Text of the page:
RR:C19 Evidence Scale rating by reviewer:
Summary of the paper
This manuscript studies the fluctuations in COVID-19 Gamma variant fatality rate, and correlates such fluctuations with spatial characteristics including inequity, and healthcare capacity. The authors first show the increased frequency of the gamma variant within each of the studied cities. They limited the study on unvaccinated admitted COVID patients that are resident in their respective city and found that the fatality rate among these patients was 24.87% (before adding additional estimated fatalities to take underreporting into consideration). Using such data, the authors visualise the weekly fatality rate in each city, for each age group, and found a transient increase in COVID fatality rate following the Gamma variant, however, fluctuation also existed prior to the Gamma spread. These findings were consistent among age groups and cities. Next, the authors estimated age-standardised fatality rate for each city, by giving a weight for each age-specific trend that depicts the proportion of the population within the corresponding age group. The goal of estimating age-standardised fatality rate is to study the spatio-temporal variation of fatality rates, after removing the age effects on such fluctuation. The authors introduced indices that depict pandemic healthcare pressure at the city level, in order to study the correlation between fatality rate, and healthcare capacity. Each pressure index represents hospital demand (ICU admission) per a specific available resource. Resources include physicians, intensive care specialists, ICU beds, critical care beds, ventilators, nurses, nurse assistants, and physiotherapists. The authors show the correlation (Pearson Correlation) between each pressure index and the weekly fatality rates, for each city. The authors used a regression equation to map the health care pressure effects, non-parametric location effects, and gamma variant effects to the age-specific fatality rate. The authors estimated a 28.8% reduction in the number of deaths after removing health care pressure effects (pandemic resource limitation) from the regression equation. Overall, the authors conclude that the main drivers of fatality rate fluctuation are the increased health care pressure brought by the pandemic, and the pre-pandemic inequities.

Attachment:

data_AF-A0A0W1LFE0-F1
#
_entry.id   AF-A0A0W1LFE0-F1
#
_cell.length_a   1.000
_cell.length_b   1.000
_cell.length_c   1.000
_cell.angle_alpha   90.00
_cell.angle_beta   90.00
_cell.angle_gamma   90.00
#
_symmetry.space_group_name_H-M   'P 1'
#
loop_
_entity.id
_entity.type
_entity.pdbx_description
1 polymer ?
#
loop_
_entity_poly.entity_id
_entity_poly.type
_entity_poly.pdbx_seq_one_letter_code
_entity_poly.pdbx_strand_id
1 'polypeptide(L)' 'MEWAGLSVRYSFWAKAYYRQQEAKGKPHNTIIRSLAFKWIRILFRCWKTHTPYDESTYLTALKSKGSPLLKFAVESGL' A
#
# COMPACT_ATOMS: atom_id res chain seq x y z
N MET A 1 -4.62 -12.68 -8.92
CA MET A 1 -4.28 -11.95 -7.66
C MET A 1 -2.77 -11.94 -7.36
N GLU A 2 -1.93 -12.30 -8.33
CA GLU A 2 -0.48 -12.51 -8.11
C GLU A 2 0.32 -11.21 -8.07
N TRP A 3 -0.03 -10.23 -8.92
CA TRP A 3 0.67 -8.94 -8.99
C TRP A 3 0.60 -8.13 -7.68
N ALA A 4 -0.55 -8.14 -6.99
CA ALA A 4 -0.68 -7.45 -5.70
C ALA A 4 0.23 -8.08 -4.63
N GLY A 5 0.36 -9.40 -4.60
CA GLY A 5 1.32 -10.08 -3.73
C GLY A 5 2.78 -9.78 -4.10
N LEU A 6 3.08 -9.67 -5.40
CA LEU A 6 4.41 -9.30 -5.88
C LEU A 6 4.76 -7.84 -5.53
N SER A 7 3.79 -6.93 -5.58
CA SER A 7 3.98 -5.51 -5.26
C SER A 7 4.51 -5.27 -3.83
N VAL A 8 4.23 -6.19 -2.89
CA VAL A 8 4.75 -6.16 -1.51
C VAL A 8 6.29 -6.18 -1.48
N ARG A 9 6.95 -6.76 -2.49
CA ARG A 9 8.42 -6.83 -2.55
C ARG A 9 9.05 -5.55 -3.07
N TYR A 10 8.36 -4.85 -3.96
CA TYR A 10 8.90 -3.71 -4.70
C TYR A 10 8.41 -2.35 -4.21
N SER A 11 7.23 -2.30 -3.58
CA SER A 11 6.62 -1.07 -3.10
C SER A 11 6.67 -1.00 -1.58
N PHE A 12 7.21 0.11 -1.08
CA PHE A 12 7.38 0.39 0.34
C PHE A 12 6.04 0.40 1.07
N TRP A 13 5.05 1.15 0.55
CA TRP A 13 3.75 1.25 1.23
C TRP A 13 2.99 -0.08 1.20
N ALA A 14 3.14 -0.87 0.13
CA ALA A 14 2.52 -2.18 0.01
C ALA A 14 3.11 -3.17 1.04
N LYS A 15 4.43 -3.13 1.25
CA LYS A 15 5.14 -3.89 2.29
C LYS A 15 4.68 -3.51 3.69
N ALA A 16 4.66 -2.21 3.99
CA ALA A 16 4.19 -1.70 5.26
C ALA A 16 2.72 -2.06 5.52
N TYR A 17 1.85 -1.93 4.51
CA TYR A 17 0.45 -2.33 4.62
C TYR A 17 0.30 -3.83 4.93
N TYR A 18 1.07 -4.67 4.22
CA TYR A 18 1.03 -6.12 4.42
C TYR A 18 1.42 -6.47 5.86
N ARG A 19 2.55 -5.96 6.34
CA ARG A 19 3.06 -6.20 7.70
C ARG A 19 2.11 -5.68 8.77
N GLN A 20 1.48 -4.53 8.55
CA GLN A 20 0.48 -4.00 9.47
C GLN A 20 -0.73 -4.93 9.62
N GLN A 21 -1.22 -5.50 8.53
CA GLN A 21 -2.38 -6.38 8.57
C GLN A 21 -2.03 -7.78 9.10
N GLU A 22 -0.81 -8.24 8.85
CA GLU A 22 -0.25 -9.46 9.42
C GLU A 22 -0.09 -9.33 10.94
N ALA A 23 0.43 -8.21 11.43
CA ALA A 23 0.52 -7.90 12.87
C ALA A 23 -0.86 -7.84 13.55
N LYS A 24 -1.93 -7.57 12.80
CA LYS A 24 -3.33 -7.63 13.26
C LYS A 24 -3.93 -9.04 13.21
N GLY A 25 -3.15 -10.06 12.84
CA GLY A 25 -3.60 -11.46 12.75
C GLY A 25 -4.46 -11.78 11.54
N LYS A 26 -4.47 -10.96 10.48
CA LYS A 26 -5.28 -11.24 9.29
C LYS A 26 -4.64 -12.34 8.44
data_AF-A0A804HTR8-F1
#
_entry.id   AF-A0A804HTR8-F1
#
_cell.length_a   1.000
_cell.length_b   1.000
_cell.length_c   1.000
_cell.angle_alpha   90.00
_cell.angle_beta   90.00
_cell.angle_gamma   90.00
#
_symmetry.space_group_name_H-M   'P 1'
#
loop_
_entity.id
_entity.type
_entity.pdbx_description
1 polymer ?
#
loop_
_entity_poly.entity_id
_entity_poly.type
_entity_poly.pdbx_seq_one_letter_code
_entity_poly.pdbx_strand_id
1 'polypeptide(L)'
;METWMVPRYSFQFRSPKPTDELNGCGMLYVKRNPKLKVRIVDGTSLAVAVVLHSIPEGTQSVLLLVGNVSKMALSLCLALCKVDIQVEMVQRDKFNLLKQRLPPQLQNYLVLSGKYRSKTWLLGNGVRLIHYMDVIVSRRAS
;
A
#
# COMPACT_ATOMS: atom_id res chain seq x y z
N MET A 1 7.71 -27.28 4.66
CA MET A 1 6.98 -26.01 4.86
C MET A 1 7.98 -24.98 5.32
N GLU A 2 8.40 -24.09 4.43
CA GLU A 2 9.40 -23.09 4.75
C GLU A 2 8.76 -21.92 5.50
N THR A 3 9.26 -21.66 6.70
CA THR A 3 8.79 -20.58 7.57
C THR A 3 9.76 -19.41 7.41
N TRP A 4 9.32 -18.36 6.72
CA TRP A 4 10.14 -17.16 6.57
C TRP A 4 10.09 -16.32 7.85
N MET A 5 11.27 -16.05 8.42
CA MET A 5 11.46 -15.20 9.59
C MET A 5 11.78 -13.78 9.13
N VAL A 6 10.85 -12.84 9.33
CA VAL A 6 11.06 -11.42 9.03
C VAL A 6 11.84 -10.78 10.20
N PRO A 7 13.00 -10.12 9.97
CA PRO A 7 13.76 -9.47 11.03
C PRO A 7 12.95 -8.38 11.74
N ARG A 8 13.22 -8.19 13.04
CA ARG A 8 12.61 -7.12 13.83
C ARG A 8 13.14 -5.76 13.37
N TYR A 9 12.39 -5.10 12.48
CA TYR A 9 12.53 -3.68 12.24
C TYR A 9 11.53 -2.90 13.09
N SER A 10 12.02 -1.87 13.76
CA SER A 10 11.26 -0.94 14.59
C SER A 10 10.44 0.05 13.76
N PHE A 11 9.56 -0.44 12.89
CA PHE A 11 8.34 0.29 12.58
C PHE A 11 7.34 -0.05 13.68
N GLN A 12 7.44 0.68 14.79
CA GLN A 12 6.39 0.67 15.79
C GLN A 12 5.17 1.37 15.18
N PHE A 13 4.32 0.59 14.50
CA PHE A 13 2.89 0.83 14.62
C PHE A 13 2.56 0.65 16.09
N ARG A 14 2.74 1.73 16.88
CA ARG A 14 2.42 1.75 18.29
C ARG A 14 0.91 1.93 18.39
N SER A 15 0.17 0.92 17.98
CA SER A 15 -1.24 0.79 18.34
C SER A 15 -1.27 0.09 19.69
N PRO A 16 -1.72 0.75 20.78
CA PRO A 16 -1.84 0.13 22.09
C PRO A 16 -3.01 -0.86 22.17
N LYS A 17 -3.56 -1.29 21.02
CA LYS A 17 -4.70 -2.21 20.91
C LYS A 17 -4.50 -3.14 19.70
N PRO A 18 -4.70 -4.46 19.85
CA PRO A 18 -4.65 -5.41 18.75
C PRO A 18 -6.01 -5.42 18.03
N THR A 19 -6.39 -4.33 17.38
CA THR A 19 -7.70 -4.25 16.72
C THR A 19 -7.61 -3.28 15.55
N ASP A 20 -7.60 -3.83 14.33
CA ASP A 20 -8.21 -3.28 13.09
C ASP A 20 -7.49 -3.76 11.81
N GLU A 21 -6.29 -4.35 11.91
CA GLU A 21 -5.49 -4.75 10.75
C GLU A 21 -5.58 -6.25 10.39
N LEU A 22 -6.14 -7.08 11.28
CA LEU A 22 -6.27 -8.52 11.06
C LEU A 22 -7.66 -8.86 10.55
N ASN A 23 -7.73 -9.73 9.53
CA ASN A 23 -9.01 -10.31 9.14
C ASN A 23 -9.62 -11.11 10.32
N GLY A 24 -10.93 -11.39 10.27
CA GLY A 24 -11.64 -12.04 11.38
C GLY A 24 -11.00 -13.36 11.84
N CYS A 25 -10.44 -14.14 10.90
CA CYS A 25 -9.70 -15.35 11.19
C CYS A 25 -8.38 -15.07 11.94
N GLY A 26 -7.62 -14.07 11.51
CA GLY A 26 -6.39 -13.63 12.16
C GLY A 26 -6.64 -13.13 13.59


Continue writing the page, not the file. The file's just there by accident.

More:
Correlation Between Pressure Indices and Fatality Rate
The first finding of the authors is the correlation between the pressure indices and the weekly fatality rates. The authors stated: “We find that all healthcare pressure indices are strongly correlated with the age‐ standardised, weekly COVID‐ 19 in‐ hospital fatality rates in most cities” (page 9). However, looking at Figure 3B and Figure S6 A-J in the supplementary materials, the strong correlation is only apparent in the city of Manaus. Also, when observing the average correlation of each pressure index over all cities, one finds that the correlation ranges from 0.49 to 0.54 only. There are 8 cities where the correlation reached a maximum of about 0.6.
Drivers of Fluctuation and Avoidable Deaths
The authors argue that healthcare pressure and inequity are the main drivers of the fluctuation in the weekly COVID fatality rate, and that a quarter of the reported fatalities could have been avoided if there were no healthcare limitations. The authors’ argument is inferred from a fitted model that estimate COVID fatalities based on healthcare pressure and location-specific pre-pandemic inequities. Although the model was able to adequately replicate the observations (Figure 4), the argument concerning avoidable fatalities needs more analysis and support as such conclusion constitute a major leap, especially with the absence of a strong correlation between pressure indices and fatality in every city. For example, consider ICU admission per ventilators (Figure S6 D). Although the demand on ventilators is fluctuating, we see that the ratio is less than 1 (and less than 0.6 for most cities during the studied period). This indicates that there might not be a shortage of ventilators and adding more ventilators (removing the limitation) will not necessarily lead to a reduction in fatalities. For this to be the case, an additional analysis should take place, one that takes into consideration whether the deceased patient needed a ventilator and was not able to get one. Because if that was not the case, adding more ventilators might be ineffective. This applies for each healthcare resource studied by the authors (physicians, ICU beds,, nurses, etc.). It is possible that the lack of ventilators represented poor management with dire implications that don’t have much to do with ventilators.
In summary, it is expected that the normalised number of deaths increased with the level of resources (one would be surprised if it does not). However, the study, although extensive (as one notes from the supplementary material), did not provide major new insights into the underlying factors for the heterogeneous distribution of COVID19.